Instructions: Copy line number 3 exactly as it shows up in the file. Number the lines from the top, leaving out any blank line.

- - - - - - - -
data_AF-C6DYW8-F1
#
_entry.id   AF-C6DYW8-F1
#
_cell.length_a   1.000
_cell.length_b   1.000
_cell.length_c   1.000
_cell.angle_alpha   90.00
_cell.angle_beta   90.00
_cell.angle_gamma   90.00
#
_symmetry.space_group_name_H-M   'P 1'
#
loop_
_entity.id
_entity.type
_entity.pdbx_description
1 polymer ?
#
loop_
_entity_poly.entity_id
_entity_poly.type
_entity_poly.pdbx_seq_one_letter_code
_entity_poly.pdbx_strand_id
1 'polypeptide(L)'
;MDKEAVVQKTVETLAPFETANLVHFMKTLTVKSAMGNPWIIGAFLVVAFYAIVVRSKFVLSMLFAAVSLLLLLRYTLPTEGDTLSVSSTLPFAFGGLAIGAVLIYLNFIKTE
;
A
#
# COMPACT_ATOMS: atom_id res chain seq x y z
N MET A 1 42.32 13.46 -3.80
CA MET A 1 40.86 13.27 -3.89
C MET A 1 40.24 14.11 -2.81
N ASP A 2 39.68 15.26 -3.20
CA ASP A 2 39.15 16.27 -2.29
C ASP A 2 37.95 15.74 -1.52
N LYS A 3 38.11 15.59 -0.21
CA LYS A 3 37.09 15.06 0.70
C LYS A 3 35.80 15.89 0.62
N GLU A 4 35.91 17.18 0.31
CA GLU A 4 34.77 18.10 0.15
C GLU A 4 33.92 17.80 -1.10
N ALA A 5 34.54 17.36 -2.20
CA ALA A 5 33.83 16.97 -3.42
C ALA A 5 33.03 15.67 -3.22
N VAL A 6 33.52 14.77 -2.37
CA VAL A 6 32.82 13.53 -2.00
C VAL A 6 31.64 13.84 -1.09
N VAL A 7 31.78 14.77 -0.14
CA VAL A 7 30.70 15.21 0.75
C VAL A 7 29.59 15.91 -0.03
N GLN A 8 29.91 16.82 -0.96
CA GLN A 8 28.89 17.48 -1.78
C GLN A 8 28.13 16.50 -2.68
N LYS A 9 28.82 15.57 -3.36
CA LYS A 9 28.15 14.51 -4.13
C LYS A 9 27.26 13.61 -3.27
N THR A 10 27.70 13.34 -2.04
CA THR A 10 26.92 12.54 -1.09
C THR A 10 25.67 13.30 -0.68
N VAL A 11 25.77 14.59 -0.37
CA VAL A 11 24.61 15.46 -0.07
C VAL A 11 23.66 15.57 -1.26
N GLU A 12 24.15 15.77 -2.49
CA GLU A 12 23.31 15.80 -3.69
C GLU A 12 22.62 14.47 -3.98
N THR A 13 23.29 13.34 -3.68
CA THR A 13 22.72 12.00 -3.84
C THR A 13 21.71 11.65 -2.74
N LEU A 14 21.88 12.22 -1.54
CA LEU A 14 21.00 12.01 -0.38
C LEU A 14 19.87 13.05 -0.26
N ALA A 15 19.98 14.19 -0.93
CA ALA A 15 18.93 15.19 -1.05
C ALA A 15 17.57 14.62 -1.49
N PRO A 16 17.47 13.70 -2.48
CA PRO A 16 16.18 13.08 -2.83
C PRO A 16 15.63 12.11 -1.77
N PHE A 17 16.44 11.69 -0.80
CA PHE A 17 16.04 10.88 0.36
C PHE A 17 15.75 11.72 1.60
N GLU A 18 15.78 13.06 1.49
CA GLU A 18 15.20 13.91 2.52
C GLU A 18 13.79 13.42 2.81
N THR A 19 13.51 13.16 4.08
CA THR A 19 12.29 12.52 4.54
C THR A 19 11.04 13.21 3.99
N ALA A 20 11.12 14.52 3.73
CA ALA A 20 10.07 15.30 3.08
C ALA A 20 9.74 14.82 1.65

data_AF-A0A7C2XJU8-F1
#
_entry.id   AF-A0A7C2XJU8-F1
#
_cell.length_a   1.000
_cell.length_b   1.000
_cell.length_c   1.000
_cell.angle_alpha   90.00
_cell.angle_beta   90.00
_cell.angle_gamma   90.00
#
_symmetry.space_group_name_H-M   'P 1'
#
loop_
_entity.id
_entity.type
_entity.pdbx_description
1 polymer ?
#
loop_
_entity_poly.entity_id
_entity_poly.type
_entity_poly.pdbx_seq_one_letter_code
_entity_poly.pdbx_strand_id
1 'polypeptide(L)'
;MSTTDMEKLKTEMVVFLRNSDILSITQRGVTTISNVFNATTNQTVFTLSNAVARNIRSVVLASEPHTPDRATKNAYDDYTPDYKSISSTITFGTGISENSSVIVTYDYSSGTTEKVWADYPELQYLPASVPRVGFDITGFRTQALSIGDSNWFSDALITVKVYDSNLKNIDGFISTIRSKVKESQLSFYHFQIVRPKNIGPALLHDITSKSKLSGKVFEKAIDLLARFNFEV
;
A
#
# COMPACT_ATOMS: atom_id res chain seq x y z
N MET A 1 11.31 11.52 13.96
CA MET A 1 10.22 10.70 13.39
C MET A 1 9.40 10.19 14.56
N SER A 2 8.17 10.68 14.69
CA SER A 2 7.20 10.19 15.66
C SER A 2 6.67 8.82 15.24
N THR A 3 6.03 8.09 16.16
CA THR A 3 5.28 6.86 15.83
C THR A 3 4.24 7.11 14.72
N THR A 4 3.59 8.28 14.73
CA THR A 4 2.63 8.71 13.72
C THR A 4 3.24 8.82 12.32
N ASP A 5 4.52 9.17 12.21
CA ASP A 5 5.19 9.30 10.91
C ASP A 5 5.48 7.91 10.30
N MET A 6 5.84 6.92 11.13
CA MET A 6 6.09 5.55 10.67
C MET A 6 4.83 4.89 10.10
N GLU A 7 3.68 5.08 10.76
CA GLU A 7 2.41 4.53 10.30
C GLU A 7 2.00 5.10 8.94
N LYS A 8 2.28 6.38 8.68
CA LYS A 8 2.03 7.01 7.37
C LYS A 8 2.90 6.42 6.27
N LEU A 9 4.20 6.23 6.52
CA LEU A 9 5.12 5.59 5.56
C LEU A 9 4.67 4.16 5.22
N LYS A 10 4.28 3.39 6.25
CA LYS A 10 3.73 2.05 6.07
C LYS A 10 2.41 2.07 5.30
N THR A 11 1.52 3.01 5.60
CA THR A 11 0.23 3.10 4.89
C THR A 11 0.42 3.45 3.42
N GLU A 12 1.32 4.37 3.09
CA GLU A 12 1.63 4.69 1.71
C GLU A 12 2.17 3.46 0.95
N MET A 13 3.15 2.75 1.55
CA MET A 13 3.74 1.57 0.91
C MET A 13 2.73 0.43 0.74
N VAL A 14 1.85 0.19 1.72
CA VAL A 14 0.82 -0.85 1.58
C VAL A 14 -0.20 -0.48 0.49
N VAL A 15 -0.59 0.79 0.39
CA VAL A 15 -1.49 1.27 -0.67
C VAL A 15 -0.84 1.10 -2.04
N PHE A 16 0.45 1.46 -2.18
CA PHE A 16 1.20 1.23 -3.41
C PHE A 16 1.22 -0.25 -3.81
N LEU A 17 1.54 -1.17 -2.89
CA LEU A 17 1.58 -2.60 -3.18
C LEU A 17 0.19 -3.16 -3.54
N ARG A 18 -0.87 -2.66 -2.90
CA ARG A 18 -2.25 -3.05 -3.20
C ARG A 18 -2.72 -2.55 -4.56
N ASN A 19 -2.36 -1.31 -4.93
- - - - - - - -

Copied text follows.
_entry.id   AF-C6DYW8-F1